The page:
“Roger was truly unique and I always enjoyed time with him, whether it was a casual meeting or when he came to my farm for lunch or dinner. He always added an element of enthusiasm that we could all enjoy because he had been to places that he talked about and impressed us with his adventurous spirit.”

Prince Sultan said that when he was asked recently to make a video for an award presentation he immediately thought of Roger.

“In the US there is a huge aviation community and there is an annual award given to what they call ‘Legends of Aviation,’” he said. “To be an aviator is different from being a pilot, you know. A pilot is like a driver but to be an aviator is to have a passion, rather than simply a hobby you indulge in every once in a while.

“To my surprise, I was informed that the community wanted to nominate me for the award. They asked me for a two-hour video and the first person I thought of to do it was Roger. A month before, a mutual friend from the US had sent me a message saying he had been trying unsuccessfully to get in touch with Roger. So three or four days ago, I asked my assistant to reach out to Roger and tell him I wanted to talk to him about doing the video and also find out how he was.

“When my assistant finally got an answer, he spoke to Roger’s son who said: ‘My father passed away on Saturday.’"

The sad news was a great shock to the prince.

“That blew me away,” he said. “We had made plans to meet in Mallorca (where Roger had settled with his wife). Roger had even sent me suggestions of places to visit, where the Arabs from Spain had been (Al-Andalus). I was looking forward to going there in the off-season and enjoying spending some time with Roger again.

“After I had heard the bad news, I spoke to Roger’s wife and son and they were interested in seeing what Arab News had published about their husband and father. I told them there would be an event to honor Roger and we would bring them here.”

Prince Sultan said he had previously persuaded Roger to mount an exhibition of his photographs of Saudi Arabia, similar to one the prince had worked on with another distinguished expat, Richard Bodeker.

“Bodeker was a brilliant landscaper,” he said. “In fact, there is a YouTube movie called ‘The Gardener and the Princess’ that tells the story of Richard Bodeker and what he accomplished in Saudi Arabia.

“I had talked him into doing a documentary about his work; he probably had 20,000 to 30,000 photos of Saudi plants and of the landscaping he had done in the Diplomatic Quarter and Wadi Hanifah. He did the landscaping for the National Museum and though he died about a year and a half ago, his company and his son are still here. There is a garden in the Diplomatic Quarter that is named for him in acknowledgment of his 40 years in Saudi Arabia and the fantastic work he did.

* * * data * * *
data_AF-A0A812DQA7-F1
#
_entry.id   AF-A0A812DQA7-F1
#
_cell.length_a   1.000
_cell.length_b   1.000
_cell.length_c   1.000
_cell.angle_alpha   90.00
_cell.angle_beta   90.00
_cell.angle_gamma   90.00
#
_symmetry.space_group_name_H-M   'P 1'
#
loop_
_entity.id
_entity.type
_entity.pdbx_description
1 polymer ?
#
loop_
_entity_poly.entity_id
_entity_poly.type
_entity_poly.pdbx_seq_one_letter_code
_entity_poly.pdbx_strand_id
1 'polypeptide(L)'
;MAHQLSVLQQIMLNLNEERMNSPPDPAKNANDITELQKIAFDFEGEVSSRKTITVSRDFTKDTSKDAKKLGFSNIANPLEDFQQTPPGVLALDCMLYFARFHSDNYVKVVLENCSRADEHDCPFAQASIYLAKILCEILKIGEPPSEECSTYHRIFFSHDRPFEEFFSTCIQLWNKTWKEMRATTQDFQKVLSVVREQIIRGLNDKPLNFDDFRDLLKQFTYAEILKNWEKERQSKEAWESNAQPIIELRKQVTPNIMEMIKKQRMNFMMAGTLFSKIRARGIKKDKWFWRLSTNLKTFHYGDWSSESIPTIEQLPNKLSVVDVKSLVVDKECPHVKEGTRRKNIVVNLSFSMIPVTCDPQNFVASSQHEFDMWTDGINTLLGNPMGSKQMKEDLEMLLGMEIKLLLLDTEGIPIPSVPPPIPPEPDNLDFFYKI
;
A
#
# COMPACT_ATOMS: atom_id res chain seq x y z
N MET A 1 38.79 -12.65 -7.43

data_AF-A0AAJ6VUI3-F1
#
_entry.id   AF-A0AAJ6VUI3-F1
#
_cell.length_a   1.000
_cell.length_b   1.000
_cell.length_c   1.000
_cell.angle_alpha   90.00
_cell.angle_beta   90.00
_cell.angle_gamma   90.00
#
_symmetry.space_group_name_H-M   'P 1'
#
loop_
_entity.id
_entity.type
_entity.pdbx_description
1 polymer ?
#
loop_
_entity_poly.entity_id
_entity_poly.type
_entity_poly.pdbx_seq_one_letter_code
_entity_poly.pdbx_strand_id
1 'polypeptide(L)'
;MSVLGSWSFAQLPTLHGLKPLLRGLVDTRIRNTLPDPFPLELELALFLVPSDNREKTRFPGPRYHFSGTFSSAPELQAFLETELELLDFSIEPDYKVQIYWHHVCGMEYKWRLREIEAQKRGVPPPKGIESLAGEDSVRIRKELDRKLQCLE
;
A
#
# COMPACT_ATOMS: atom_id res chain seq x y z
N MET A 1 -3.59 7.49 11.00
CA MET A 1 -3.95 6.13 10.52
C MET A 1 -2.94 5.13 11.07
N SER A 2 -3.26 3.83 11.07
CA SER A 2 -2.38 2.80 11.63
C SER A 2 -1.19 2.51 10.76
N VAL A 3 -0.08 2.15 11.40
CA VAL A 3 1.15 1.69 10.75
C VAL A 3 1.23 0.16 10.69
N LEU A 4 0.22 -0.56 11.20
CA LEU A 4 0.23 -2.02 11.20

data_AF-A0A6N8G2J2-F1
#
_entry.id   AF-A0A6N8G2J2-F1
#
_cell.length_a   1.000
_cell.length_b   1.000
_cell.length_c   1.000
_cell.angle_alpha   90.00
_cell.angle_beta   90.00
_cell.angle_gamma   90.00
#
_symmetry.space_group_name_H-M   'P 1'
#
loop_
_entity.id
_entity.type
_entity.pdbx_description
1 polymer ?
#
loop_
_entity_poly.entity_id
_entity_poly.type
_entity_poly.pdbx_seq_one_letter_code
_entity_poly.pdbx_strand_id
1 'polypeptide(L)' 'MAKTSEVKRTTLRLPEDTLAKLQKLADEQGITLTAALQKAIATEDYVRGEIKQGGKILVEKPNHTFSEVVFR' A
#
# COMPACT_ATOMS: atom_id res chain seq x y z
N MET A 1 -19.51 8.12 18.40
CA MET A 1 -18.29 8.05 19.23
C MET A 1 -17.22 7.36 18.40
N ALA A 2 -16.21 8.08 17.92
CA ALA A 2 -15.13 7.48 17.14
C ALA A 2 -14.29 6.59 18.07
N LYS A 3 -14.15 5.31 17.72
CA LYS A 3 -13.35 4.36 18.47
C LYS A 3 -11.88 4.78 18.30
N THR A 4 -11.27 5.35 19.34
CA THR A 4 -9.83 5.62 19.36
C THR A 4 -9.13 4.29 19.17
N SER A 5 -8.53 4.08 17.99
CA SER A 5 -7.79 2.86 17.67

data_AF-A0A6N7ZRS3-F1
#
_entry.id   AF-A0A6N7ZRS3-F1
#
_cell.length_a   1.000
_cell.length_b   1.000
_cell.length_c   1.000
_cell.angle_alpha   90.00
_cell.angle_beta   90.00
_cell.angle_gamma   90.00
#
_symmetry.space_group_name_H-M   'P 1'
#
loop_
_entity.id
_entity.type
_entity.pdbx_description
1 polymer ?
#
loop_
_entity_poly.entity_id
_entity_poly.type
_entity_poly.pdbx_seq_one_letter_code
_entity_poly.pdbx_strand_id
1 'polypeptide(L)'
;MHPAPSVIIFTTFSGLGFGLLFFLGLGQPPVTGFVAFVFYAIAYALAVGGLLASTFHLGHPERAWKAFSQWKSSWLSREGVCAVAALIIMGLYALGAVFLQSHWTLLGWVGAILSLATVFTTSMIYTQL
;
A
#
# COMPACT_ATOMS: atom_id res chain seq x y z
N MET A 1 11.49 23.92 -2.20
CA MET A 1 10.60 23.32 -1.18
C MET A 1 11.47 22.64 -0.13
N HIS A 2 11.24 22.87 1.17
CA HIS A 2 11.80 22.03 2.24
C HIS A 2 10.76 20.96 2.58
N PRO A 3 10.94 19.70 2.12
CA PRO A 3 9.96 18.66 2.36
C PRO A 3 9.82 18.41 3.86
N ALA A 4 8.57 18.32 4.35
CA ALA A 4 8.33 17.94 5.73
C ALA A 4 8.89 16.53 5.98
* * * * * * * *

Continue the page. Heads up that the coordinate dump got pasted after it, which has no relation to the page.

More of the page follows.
“As with him, so with Roger and his achievements: We will not see his like again."


Rap star Pitbull to launch Riyadh Season with sold-out concert

Rap star Pitbull to launch Riyadh Season with sold-out concert
Updated 20 October 2021

Rap star Pitbull to launch Riyadh Season with sold-out concert

Rap star Pitbull to launch Riyadh Season with sold-out concert
  • Grand parade and fireworks display in opening ceremony of the Middle East’s largest entertainment festival

RIYADH: The Cuban-American rap star Pitbull will launch this year’s Riyadh Season festival with a sold-out concert on Wednesday that will be broadcast live.
The opening ceremony of the Middle East’s largest celebration of music, dining, and entertainment will also feature a parade and fireworks show.
The festival site covers 5.4 million square meters, divided into 14 zones — Boulevard Riyadh City, Al’Athriyah, Oasis, Combat Field, Riyadh Front, Qariat Zaman, Winter Wonderland, the Groves, VIA Riyadh, Riyadh Safari, Nabd Al Riyadh, Alsalam Tree, Almurabaa, and Khaloha.
There will be 16 events this month alone — WWE Crown Jewel on Oct. 21, Rush Gaming Festival from Oct. 22 to 26, the Crystal Maze live experience on Oct. 22, the Global Town Festival on Oct. 27, the Champions of Magic show on Oct. 27, and the Messi 10 Cirque Du Soleil show on Oct. 29.
And that’s just the start, with a total of 7,500 events, programs and activities for all age groups and interests. This year, children and fans of the nursery rhymes show CoComelon will be able to meet the characters while visiting their home, school, and farm in the Winter Wonderland zone.
Most events are free, and those that require tickets will be listed on the Riyadh Season 2021 website. Visitors must link their tickets to the Tawakkalna app, which has a new security feature to prevent tickets being misused or resold.
The entertainment sector will be a key contributor to the growth of the economy as part of Vision 2030. Riyadh Season will support the tourism and leisure sector and provide a unique experience for visitors. It continues until March 2022.